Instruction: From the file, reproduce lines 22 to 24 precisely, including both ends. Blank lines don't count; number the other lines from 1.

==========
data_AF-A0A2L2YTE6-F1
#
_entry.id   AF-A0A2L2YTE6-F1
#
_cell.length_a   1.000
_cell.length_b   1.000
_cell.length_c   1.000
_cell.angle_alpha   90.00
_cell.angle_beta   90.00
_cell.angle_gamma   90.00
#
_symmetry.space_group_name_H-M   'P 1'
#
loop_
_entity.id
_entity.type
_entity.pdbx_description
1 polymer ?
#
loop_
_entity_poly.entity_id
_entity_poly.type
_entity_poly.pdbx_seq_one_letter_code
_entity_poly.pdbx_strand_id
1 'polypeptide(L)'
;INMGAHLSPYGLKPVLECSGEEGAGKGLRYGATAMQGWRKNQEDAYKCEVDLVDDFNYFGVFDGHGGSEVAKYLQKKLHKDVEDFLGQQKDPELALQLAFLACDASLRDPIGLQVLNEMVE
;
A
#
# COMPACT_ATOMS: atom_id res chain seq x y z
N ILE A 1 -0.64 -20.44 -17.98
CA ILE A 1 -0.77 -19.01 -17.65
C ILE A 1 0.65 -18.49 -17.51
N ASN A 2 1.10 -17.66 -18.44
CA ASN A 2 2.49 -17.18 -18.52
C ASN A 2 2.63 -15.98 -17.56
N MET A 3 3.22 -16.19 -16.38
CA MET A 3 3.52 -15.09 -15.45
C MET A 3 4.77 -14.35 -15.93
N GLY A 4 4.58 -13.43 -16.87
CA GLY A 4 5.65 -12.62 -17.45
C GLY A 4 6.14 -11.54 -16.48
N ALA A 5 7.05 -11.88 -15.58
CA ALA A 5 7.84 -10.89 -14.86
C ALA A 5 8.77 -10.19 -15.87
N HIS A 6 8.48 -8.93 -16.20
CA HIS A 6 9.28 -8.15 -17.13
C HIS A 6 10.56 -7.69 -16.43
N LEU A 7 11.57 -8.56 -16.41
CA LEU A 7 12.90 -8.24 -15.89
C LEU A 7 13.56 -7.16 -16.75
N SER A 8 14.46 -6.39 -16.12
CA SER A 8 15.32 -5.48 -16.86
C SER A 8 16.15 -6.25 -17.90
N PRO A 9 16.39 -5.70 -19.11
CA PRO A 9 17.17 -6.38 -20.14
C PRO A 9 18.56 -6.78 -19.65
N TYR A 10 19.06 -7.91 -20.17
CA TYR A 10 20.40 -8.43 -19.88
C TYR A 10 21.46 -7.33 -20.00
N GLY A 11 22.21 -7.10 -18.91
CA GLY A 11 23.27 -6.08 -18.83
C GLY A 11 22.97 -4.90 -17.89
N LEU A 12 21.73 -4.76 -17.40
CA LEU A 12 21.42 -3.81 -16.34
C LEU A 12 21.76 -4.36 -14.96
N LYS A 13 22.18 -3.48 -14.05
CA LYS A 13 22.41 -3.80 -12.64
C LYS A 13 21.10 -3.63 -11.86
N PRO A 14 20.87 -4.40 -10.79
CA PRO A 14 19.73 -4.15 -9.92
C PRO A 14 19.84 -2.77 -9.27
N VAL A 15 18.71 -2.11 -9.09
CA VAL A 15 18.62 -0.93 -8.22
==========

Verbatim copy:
_entity_poly.type
_entity_poly.pdbx_seq_one_letter_code
_entity_poly.pdbx_strand_id